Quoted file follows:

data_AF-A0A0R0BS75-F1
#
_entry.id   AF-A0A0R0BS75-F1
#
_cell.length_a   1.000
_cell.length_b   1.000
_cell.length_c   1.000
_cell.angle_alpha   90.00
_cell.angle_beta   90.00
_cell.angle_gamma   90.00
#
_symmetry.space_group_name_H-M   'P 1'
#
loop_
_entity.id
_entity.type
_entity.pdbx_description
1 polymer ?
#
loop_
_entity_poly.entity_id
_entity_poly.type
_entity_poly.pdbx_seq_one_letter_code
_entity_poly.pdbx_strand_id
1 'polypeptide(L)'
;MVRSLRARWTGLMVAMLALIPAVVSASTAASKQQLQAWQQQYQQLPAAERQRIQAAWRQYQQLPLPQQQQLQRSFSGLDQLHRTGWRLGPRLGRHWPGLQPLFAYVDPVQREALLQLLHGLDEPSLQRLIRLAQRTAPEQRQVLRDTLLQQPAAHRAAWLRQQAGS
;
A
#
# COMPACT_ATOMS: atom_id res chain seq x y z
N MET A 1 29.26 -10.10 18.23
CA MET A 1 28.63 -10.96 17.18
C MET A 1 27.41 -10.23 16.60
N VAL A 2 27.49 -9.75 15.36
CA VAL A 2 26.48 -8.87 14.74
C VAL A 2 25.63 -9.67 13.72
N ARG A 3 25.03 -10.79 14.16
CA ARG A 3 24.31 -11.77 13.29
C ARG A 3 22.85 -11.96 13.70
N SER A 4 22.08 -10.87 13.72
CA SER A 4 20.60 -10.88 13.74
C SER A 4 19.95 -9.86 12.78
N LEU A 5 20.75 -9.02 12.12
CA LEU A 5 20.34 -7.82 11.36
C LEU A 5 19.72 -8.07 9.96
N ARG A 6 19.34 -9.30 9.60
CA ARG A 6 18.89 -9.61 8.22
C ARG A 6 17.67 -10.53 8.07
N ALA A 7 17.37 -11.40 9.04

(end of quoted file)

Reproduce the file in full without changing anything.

data_AF-A0A0R0BS75-F1
#
_entry.id   AF-A0A0R0BS75-F1
#
_cell.length_a   1.000
_cell.length_b   1.000
_cell.length_c   1.000
_cell.angle_alpha   90.00
_cell.angle_beta   90.00
_cell.angle_gamma   90.00
#
_symmetry.space_group_name_H-M   'P 1'
#
loop_
_entity.id
_entity.type
_entity.pdbx_description
1 polymer ?
#
loop_
_entity_poly.entity_id
_entity_poly.type
_entity_poly.pdbx_seq_one_letter_code
_entity_poly.pdbx_strand_id
1 'polypeptide(L)'
;MVRSLRARWTGLMVAMLALIPAVVSASTAASKQQLQAWQQQYQQLPAAERQRIQAAWRQYQQLPLPQQQQLQRSFSGLDQLHRTGWRLGPRLGRHWPGLQPLFAYVDPVQREALLQLLHGLDEPSLQRLIRLAQRTAPEQRQVLRDTLLQQPAAHRAAWLRQQAGS
;
A
#
# COMPACT_ATOMS: atom_id res chain seq x y z
N MET A 1 29.26 -10.10 18.23
CA MET A 1 28.63 -10.96 17.18
C MET A 1 27.41 -10.23 16.60
N VAL A 2 27.49 -9.75 15.36
CA VAL A 2 26.48 -8.87 14.74
C VAL A 2 25.63 -9.67 13.72
N ARG A 3 25.03 -10.79 14.16
CA ARG A 3 24.31 -11.77 13.29
C ARG A 3 22.85 -11.96 13.70
N SER A 4 22.08 -10.87 13.72
CA SER A 4 20.60 -10.88 13.74
C SER A 4 19.95 -9.86 12.78
N LEU A 5 20.75 -9.02 12.12
CA LEU A 5 20.34 -7.82 11.36
C LEU A 5 19.72 -8.07 9.96
N ARG A 6 19.34 -9.30 9.60
CA ARG A 6 18.89 -9.61 8.22
C ARG A 6 17.67 -10.53 8.07
N ALA A 7 17.37 -11.40 9.04